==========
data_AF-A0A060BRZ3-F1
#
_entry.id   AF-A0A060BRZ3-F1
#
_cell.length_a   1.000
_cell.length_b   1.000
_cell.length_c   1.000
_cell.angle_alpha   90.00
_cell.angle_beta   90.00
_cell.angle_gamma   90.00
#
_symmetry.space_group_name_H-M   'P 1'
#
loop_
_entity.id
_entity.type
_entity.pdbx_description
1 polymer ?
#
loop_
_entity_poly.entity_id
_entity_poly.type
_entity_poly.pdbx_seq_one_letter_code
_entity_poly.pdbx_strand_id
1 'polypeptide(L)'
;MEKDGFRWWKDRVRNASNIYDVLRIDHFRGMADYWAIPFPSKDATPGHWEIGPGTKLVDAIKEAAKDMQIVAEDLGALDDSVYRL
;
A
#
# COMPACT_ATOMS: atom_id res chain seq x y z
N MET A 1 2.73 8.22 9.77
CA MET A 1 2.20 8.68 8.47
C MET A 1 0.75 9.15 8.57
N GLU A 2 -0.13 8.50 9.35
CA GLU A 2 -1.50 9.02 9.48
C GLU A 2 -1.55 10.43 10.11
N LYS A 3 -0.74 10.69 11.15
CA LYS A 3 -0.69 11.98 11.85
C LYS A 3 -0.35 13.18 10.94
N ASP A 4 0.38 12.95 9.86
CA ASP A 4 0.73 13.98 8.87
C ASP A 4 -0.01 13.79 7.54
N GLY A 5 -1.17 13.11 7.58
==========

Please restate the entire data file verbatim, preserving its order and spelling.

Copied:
data_AF-A0A060BRZ3-F1
#
_entry.id   AF-A0A060BRZ3-F1
#
_cell.length_a   1.000
_cell.length_b   1.000
_cell.length_c   1.000
_cell.angle_alpha   90.00
_cell.angle_beta   90.00
_cell.angle_gamma   90.00
#
_symmetry.space_group_name_H-M   'P 1'
#
loop_
_entity.id
_entity.type
_entity.pdbx_description
1 polymer ?
#
loop_
_entity_poly.entity_id
_entity_poly.type
_entity_poly.pdbx_seq_one_letter_code
_entity_poly.pdbx_strand_id
1 'polypeptide(L)'
;MEKDGFRWWKDRVRNASNIYDVLRIDHFRGMADYWAIPFPSKDATPGHWEIGPGTKLVDAIKEAAKDMQIVAEDLGALDDSVYRL
;
A
#
# COMPACT_ATOMS: atom_id res chain seq x y z
N MET A 1 2.73 8.22 9.77
CA MET A 1 2.20 8.68 8.47
C MET A 1 0.75 9.15 8.57
N GLU A 2 -0.13 8.50 9.35
CA GLU A 2 -1.50 9.02 9.48
C GLU A 2 -1.55 10.43 10.11
N LYS A 3 -0.74 10.69 11.15
CA LYS A 3 -0.69 11.98 11.85
C LYS A 3 -0.35 13.18 10.94
N ASP A 4 0.38 12.95 9.86
CA ASP A 4 0.73 13.98 8.87
C ASP A 4 -0.01 13.79 7.54
N GLY A 5 -1.17 13.11 7.58